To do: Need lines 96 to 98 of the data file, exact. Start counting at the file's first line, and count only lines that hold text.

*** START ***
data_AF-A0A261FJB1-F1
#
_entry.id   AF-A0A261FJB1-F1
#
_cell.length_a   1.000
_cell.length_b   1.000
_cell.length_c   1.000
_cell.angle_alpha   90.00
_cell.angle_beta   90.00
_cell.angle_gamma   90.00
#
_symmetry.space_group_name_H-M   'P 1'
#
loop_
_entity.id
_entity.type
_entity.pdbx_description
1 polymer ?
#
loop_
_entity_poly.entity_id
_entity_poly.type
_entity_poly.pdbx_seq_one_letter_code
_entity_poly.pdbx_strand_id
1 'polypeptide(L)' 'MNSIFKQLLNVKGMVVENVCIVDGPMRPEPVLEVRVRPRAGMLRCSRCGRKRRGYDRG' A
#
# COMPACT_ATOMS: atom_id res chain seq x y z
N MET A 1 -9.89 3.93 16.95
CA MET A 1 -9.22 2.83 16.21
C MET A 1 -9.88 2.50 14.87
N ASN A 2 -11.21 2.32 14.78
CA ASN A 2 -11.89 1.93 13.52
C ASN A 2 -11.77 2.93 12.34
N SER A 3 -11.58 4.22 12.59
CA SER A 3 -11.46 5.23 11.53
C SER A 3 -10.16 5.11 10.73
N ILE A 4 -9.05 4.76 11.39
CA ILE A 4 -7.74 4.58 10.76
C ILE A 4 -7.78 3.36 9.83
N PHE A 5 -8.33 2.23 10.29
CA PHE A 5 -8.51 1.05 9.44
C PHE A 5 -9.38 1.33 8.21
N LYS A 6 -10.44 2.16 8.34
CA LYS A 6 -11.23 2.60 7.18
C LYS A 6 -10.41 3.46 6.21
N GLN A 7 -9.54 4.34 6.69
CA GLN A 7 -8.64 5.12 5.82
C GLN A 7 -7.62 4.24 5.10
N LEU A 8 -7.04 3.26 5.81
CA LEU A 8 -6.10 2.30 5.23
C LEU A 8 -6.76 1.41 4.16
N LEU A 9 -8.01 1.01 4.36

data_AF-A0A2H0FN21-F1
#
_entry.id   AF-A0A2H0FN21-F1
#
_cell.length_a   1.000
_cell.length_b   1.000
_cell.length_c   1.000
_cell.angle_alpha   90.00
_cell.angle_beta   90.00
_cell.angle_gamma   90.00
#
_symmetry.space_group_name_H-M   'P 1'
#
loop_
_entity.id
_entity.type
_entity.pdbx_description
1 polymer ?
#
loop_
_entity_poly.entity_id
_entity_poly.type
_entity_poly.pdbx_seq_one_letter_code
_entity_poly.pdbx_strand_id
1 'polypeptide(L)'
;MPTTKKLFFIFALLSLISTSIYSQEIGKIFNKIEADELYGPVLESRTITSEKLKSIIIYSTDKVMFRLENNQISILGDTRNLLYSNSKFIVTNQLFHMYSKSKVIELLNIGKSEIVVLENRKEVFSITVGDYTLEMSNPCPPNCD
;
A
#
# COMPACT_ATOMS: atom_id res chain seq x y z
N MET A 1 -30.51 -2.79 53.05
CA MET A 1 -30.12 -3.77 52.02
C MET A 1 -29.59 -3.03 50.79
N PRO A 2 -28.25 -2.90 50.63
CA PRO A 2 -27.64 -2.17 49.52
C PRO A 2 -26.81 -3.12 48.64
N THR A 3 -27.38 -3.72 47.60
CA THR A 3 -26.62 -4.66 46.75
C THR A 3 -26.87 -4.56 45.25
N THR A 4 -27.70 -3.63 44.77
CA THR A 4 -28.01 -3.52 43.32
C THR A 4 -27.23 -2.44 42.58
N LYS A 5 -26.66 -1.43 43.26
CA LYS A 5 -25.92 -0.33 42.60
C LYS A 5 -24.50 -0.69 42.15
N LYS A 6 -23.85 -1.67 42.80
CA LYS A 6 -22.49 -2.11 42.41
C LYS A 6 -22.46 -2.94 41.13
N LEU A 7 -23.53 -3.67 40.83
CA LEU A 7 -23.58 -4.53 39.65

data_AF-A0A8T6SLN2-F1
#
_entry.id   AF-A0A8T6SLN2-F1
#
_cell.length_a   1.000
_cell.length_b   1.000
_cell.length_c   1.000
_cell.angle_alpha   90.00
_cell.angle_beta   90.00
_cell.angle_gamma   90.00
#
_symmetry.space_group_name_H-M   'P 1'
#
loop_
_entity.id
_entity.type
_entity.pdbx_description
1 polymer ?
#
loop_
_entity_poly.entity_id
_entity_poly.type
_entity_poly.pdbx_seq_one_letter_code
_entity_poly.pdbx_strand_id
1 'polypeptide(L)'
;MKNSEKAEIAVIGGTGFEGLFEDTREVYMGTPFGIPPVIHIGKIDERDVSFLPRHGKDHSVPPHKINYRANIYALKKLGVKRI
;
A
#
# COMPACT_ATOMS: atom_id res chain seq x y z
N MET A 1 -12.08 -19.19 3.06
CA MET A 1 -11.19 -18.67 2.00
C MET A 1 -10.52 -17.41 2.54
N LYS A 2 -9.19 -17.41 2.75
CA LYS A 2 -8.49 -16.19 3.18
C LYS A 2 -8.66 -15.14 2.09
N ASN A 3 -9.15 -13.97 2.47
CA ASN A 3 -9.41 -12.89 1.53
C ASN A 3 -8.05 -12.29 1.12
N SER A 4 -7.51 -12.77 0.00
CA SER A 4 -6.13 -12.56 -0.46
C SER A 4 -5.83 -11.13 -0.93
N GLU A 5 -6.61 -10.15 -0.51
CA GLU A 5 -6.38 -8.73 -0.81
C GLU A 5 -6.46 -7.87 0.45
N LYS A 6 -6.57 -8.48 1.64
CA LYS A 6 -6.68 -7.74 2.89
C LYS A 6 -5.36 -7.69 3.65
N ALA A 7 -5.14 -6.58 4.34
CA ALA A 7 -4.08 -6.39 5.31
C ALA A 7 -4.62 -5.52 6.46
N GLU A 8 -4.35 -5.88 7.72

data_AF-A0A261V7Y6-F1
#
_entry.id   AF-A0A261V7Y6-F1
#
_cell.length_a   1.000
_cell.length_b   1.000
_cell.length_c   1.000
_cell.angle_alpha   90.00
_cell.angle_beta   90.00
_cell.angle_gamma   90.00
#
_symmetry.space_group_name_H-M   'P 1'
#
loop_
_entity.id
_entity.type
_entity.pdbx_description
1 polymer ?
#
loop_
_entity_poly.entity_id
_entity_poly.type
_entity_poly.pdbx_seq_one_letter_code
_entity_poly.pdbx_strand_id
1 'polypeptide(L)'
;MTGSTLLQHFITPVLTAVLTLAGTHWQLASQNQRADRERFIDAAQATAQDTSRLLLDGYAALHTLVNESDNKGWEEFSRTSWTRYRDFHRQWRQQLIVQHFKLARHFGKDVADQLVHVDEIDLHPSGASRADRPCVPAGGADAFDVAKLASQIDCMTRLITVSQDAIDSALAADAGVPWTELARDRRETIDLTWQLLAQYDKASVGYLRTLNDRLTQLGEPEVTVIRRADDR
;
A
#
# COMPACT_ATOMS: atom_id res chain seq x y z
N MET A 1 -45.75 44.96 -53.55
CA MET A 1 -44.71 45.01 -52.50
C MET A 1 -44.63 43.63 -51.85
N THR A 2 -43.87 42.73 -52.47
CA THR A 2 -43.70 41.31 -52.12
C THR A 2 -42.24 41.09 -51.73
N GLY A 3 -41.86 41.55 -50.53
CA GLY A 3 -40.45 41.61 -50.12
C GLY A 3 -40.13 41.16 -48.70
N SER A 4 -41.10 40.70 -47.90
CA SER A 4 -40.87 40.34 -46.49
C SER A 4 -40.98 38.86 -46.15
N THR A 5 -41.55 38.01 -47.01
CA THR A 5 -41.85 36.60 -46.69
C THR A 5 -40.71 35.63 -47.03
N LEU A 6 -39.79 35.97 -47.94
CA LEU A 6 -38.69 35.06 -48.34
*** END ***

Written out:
CA LYS A 5 -25.92 -0.33 42.60
C LYS A 5 -24.50 -0.69 42.15
N LYS A 6 -23.85 -1.67 42.80